Minitest Masterclass (Part 1: Basic Ruby-only Setup, No Rails)

Minitest is a powerful testing framework for testing Ruby and Ruby on Rails apps. It has a clear, expressive style and is a more elite tool than its sibling testing library, Rspec.

What are the differences between Minitest and Rspec?

Style assert-style syntax
assert_equal(expected, thing_to_test)
spec-style syntax
expect(thing_to_test).to be(expected)
Ease of UseSimple to useSimple to use
Writing StylePrefers Ruby-ish style conventions for code re-use — use inheritance, modules, helpers, etc. Prefers Rspec’s DSL for code re-use, makes heavy use of nested context blocks
Getting Started Many extensions make it confusing to get started or to understand which extension is right for which purpose.Most core functionality is built-in with a few extensions for mocking.
Speed to runVery fastSlower because matches create objects that need to be garbage collected
Code vs. MagicMore code and less magicMore magic and less code
Customer matchersEncouragedNot encouraged

Once you start with one, you will generally stay with that choice for the life of the app, so it is important to understand up-front the choices you are making.

Unfortunately, Stack Overflow is filled with either bad or useless advice about setting up Minitest, and the nuances between the different gems are not carefully explained in most of the Stack Overflow posts you will find. Most apps are set up by a single architect or founding engineer. The engineers who join the team just copy what they already see in the codebase, without gaining a solid understanding of the fundamentals of the various Minitest options available.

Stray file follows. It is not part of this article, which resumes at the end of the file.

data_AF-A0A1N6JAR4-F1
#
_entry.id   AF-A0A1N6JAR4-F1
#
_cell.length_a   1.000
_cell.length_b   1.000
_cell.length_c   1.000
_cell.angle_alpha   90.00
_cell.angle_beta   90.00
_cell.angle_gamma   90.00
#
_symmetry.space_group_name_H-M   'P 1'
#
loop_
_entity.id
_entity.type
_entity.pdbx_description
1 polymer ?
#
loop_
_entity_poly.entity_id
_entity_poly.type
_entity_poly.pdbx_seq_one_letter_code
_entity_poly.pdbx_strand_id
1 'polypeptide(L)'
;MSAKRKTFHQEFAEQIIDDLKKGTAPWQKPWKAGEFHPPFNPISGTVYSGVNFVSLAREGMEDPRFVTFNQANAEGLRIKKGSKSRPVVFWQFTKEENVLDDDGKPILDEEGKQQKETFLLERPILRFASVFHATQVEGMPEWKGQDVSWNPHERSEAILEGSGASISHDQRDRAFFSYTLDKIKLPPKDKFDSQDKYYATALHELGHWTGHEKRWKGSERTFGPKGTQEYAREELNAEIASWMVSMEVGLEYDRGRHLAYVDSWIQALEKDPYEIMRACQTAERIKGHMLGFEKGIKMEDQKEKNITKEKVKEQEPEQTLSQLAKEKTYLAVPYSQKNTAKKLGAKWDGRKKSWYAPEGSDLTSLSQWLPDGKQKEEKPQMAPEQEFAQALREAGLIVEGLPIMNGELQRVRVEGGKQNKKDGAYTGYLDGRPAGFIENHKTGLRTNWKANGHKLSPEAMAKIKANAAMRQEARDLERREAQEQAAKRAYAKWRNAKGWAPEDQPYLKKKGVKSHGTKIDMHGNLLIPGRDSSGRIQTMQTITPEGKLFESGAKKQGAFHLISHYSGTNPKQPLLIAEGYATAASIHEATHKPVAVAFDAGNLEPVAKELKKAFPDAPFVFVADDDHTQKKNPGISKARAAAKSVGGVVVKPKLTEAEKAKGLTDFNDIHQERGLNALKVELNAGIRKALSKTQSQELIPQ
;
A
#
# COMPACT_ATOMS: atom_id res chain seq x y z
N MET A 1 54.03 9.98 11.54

This guide will introduce you to minitest, minitest-spec, minitest-rails, and minitest-rails-capybara and show you the specific syntax differences between the different flavors of Minitest.

For demonstration purposes we’ll start with a bare-bones Ruby app. Then we’ll throw that away and do it for a brand new Rails app.

1-1/ Using Minitest Outside of Rails

Make a new folder called

mkdir MinitestBasic

cd MinitestBasic

Initialize bundler with:

bundle init

Your project now contains only two files:

The Gemfile has simply this content. (Bunder actually adds a commented-out Gem for “rails” — I’m not sure why— I’ve removed it.)

# frozen_string_literal: true
source ""
gem "minitest", "~> 5.18"

Now create a folder called test/ and a file called the_truth.rb

Remember, we’re just doing this for demonstration purposes.

# test/the_truth.rb

require 'minitest/autorun'

class TheTruth < Minitest::Test
  def test_the_truth
    assert_equal(2, 1+1)

Here, we are simply asserting that 1+1 = 2. Notice that the assert takes two arguments (actually three, which we’ll introduce later): First, the expected value, and second, the thing you are testing.

Although it might seem to read backward, this is the standard format:

In Minitest, the expected result comes first, followed by the code you are testing (or the actual result).

Run your test using ruby test/the_truth.rb

Now, as an experiment, rename the test method test_the_truth to one_plus_one_equals_two

class TheTruth < Minitest::Test
  def one_plus_one_equals_two
    assert_equal(2, 1+1)

If you run ruby test/the_truth.rb, you’ll see no examples are run. That’s because we renamed our test and removed the word “test_” from the start of it.

% ruby test/the_truth.rb
Run options: --seed 17451

# Running:
Finished in 0.000288s, 0.0000 runs/s, 0.0000 assertions/s.
0 runs, 0 assertions, 0 failures, 0 errors, 0 skips

This demonstrates that by default, for your test to be picked up by Minitest, you’ll need two key elements:

  1. The test must be a subclass of Minitest::Test *
  2. The method name of the test must begin with test_

*Soon we’ll see that there are other base classes we will descend from, but under the hood, they all descend from the superclass Minitest::Test.